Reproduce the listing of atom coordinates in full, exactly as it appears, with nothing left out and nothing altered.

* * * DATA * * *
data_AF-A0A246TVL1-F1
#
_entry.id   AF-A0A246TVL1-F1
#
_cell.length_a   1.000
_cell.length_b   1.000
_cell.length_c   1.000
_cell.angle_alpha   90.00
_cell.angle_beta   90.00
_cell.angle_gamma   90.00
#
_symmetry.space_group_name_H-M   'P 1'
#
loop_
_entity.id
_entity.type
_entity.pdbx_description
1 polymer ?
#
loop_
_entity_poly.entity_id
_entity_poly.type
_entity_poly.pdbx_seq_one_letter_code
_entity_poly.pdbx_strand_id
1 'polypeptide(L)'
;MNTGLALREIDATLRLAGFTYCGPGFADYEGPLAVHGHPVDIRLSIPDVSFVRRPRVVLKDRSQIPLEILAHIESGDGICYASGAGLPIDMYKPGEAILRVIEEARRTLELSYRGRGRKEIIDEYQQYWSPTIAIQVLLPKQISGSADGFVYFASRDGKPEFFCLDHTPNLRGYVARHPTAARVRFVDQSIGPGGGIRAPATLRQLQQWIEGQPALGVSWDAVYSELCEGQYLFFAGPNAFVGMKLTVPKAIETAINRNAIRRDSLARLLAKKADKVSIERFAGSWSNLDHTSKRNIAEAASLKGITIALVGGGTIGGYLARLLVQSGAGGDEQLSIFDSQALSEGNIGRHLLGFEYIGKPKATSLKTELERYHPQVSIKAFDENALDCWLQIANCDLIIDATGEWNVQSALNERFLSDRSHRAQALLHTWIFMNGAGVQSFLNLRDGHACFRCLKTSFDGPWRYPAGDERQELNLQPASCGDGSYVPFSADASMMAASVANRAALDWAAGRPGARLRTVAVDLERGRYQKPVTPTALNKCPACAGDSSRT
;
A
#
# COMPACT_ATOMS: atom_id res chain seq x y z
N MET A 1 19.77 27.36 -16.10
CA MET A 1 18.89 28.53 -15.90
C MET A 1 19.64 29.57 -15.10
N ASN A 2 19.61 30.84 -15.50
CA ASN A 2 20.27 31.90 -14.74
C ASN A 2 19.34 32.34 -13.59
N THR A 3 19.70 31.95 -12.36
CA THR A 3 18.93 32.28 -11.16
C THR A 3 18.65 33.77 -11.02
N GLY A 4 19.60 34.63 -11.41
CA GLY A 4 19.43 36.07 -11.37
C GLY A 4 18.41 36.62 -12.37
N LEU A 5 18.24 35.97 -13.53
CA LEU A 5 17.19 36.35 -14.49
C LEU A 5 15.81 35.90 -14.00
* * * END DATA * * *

data_AF-A0A246TVL1-F1
#
_entry.id   AF-A0A246TVL1-F1
#
_cell.length_a   1.000
_cell.length_b   1.000
_cell.length_c   1.000
_cell.angle_alpha   90.00
_cell.angle_beta   90.00
_cell.angle_gamma   90.00
#
_symmetry.space_group_name_H-M   'P 1'
#
loop_
_entity.id
_entity.type
_entity.pdbx_description
1 polymer ?
#
loop_
_entity_poly.entity_id
_entity_poly.type
_entity_poly.pdbx_seq_one_letter_code
_entity_poly.pdbx_strand_id
1 'polypeptide(L)'
;MNTGLALREIDATLRLAGFTYCGPGFADYEGPLAVHGHPVDIRLSIPDVSFVRRPRVVLKDRSQIPLEILAHIESGDGICYASGAGLPIDMYKPGEAILRVIEEARRTLELSYRGRGRKEIIDEYQQYWSPTIAIQVLLPKQISGSADGFVYFASRDGKPEFFCLDHTPNLRGYVARHPTAARVRFVDQSIGPGGGIRAPATLRQLQQWIEGQPALGVSWDAVYSELCEGQYLFFAGPNAFVGMKLTVPKAIETAINRNAIRRDSLARLLAKKADKVSIERFAGSWSNLDHTSKRNIAEAASLKGITIALVGGGTIGGYLARLLVQSGAGGDEQLSIFDSQALSEGNIGRHLLGFEYIGKPKATSLKTELERYHPQVSIKAFDENALDCWLQIANCDLIIDATGEWNVQSALNERFLSDRSHRAQALLHTWIFMNGAGVQSFLNLRDGHACFRCLKTSFDGPWRYPAGDERQELNLQPASCGDGSYVPFSADASMMAASVANRAALDWAAGRPGARLRTVAVDLERGRYQKPVTPTALNKCPACAGDSSRT
;
A
#
# COMPACT_ATOMS: atom_id res chain seq x y z
N MET A 1 19.77 27.36 -16.10
CA MET A 1 18.89 28.53 -15.90
C MET A 1 19.64 29.57 -15.10
N ASN A 2 19.61 30.84 -15.50
CA ASN A 2 20.27 31.90 -14.74
C ASN A 2 19.34 32.34 -13.59
N THR A 3 19.70 31.95 -12.36
CA THR A 3 18.93 32.28 -11.16
C THR A 3 18.65 33.77 -11.02
N GLY A 4 19.60 34.63 -11.41
CA GLY A 4 19.43 36.07 -11.37
C GLY A 4 18.41 36.62 -12.37
N LEU A 5 18.24 35.97 -13.53
CA LEU A 5 17.19 36.35 -14.49
C LEU A 5 15.81 35.90 -14.00